I've been in the startup business for a while and it still amazes me how many
founders (including me at various points in my life) have completely irrational
views on how life at a startup is going to be.
As it turns out, lots of success requires a sprinkling of luck to work, but
counting on this luck to come up at the magical times is foolish. So, stay up
late at night working on the business and improving the product for customers --
not what deciding what you're going to wear to the startup ball when the magical
startup fairy comes tapping at your window. In other words, quit running
advanced spreadsheet models on how your revenues are going to grow if you can
get only 1 out of 4 users to tell their friends. (See #1 below).
Founders: Stop Hoping for Magic and Start Working
1. Somebody's product is going to "go viral" this year. Someone is also
going to win the lottery. Just not you. Don't count on virality, but
add some simple elements to your product that make them easy to spread.
This will increase the probability that your product will go viral to
something slightly above zero (instead of zero).
2. Venture capitalists are not swash-buckling risk-takers that are going to
fall in love with your startup at first sight -- and write you a check.
Unnecessarily daring people do not become VCs -- the industry filters most of
those out. Work at not needing the money. If you could use
the money, get multiple VCs interested.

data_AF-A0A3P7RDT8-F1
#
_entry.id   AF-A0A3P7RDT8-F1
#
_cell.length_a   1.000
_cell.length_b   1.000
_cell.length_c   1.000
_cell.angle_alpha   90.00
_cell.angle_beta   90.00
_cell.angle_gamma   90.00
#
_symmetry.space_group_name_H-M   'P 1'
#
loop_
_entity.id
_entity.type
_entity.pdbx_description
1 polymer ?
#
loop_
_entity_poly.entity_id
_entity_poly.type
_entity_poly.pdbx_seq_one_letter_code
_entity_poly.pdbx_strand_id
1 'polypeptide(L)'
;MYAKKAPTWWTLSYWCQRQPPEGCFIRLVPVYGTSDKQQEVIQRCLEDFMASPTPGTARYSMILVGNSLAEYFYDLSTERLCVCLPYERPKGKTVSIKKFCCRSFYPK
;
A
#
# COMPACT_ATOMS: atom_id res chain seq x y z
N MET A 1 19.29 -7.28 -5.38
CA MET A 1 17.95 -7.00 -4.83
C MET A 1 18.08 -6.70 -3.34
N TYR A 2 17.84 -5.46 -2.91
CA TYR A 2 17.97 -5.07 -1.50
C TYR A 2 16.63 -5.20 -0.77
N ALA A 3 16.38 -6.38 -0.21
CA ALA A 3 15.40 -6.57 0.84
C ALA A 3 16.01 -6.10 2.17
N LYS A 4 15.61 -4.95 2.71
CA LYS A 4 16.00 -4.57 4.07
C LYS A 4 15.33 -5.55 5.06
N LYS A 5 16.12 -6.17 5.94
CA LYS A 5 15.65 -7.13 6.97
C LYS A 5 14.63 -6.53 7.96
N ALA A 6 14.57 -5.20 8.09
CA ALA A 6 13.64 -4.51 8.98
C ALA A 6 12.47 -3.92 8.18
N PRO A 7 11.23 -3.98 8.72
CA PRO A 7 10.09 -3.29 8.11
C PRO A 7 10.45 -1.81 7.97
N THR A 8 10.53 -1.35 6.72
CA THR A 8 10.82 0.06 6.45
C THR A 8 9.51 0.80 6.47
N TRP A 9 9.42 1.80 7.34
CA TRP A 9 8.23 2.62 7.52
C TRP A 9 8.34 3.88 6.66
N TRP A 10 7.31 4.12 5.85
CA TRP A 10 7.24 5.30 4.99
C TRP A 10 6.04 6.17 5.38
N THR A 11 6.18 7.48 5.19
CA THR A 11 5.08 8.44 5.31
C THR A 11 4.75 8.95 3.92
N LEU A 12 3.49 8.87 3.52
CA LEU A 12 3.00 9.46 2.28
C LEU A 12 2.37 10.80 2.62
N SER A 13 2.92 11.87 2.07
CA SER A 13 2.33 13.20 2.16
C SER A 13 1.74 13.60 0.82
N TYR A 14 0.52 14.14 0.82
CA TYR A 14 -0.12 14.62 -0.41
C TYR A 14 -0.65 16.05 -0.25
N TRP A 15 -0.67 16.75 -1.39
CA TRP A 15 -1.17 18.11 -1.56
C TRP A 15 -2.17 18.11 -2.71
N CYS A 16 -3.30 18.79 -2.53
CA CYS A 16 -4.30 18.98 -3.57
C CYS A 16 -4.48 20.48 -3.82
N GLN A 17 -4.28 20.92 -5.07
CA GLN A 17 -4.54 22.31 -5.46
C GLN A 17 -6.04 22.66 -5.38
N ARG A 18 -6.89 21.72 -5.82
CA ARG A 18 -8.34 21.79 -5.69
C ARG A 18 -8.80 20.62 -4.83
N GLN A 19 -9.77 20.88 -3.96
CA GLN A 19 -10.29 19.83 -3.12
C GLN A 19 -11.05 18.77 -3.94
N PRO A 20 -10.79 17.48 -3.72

3. Smart people are not going to be lining up to work for your startup,
without salary, just for the sheer thrill of "the startup life" and an ability
to be associated with the brilliance that is your idea. Be reasonable
about it. Expecting team members to take some risk for some time is fine. But,
that's not a great strategy to recruit a great team.
4. Big company executives are not going to be inviting you into their
wood-panelled offices with old leather chairs offering you increasingly
lucrative partnership deals just because of "synergies" they might have with
you. Big companies have teams dedicated to keep an eye on startups like
yours. Just because they spend time with you doesn't mean you're getting a deal
anytime soon. Just because you get a deal, doesn't mean it's a good
5. Google, Microsoft and others are not going to be falling all over
themselves trying to acquire your company. Acquisitions are great when
you can get them. But, they're usually complicated and take time. Get great
Now, here's the good news. If I happen to be wrong about any of the above
ones and you do indeed get lucky on one of these things, the chances that you're
going to get lucky on others goes up. So, keep crankin'. The magical startup
fair may never show up, but you're better off not waiting for her anyways.